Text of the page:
Hans Kennedy interview

The unbridled nightlife of the great American cities does not seem to offer the opportunity to stop and think about anything. Exclusive company, booze, dance, drugs, speed, sex… everything seems to be part of a complete method to avoid thinking, and seen from the outside, it also seems to be a place only suitable for those who are willing to risk everything without measuring consequences.

However, I had the opportunity to interview Hans Kennedy at a coffee shop on W 178th St. in the Washington Heights neighborhood, where he grew up. It was a talk of barely 80 minutes, but from which I came out with a very different perspective on what it takes to enter the upper echelons of nightlife (and staying alive there).

“I take nightlife very seriously because I was always an introvert growing up” was the first thing he said to me, and it made me feel immediately identified. Was it on purpose? Surely. Kennedy is not only a socialite, but he is also a strategist and marketing genius. He doesn’t seem to be someone who leaves things to chance.

“I wanted to prove to myself that I can hang with the most extrovert of people and belong there. Nightlife was a means of networking and putting people together. I happen to know a lot of people in fashion, and having them network with one another was something that brought joy to my life. I enjoyed being useful to them and connecting them with one another”.

Hans dresses well. He knows how to look sure of himself, without being arrogant. His movements are unconstrained, and his expressions lighthearted. He admits to being someone with very high self-esteem, but that doesn’t make him difficult to deal with; on the contrary, it inspires confidence, and makes you want to continue listening to him.

“I would do anything to connect you to with the right person, and you are to bring people that could uplift our network bit by bit, where more people want to join; but would have to be of value. We all look out for one another, and help each other connect to a better sphere”.

“For people who are different from myself, I just bring the best looking group in the venue, and watch the different mindsets come on over simply because even if they are different, we all have that need to want to belong with the beautiful and cool crowd. The ones that say they don’t want to are simply lying to themselves”.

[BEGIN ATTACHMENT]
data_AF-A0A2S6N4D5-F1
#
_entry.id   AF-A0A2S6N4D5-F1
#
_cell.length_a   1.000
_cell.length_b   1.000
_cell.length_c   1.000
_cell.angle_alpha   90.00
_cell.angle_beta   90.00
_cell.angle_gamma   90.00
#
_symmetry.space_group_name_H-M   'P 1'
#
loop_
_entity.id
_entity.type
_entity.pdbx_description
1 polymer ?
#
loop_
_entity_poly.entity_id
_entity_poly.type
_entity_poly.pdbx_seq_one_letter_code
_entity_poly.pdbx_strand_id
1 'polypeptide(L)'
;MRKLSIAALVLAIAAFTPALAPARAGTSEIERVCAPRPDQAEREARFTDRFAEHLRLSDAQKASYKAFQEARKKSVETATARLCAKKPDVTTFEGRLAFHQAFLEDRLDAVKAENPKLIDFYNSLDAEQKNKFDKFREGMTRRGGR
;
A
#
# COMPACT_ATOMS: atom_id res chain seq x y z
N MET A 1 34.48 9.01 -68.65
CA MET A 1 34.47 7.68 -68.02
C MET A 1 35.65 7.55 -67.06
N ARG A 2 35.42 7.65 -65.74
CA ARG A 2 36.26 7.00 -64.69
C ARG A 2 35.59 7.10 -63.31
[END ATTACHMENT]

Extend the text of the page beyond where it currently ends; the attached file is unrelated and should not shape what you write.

He is not someone who lies to himself. He is honest, and he is not afraid to reveal how things really work. However, you know that he is not being cynical: he is simply pointing out how things are, and for people like me, who is usually standing on the other side of the road, I find it distant and fascinating at the same time.

Hans just ordered an espresso “I’m not the celebrity guy; it’s not something I look for. I just kind of do my job, and go home. I don’t do afters; I stay away from all the craziness: no drugs, nothing; just good vibes with the people I care for, and I like having fashionable people around”.

“I guess that not everything is fun and appearances. There must be difficult or tense moments” I asked him. He tasted his coffee (apparently it was still too hot), and without taking his eyes off it, he replied: “I handle stressful situations with the simplest approaches. Taking a step back and reminding myself that this is all in the name of fun. Even a fun night out has its stresses. I enjoy the stress and love taking it from others hands which is why people who want to do their outings prefer to have me handle it all for them “.

“My goal is to be useful and to be a concierge to those around me, so they feel like they can come to me with every need possible, and I can be the one to connect them. I like to bridge the gaps for people and give them what they are looking for. Currently I want to find them a place in the world to belong to with going into real estate, but I want to give them the full service of whatever they are looking for. I either have it or know someone who does.”

He paid the bill for both of us, and before leaving he told me a little about how he lived his childhood around the neighborhood. It is not surprising that someone who has lived two different sides of life knows how to get to and from both of them without problem.

We said goodbye, and I thanked him deeply for the interview. He smiled (maybe patronizingly), and his last words were “Do not take life too seriously, because at the end we are all mere mortals who have an end to it. Life is a party, and you choose to either be invited or to sit it out”.

New York is a wild city and it absorbs us. I will probably never see Hans Kennedy again, not only because of the vast concrete that surrounds us, but because we both live different lives; perhaps diametrically opposed lives. But it comforts me to feel both of us human.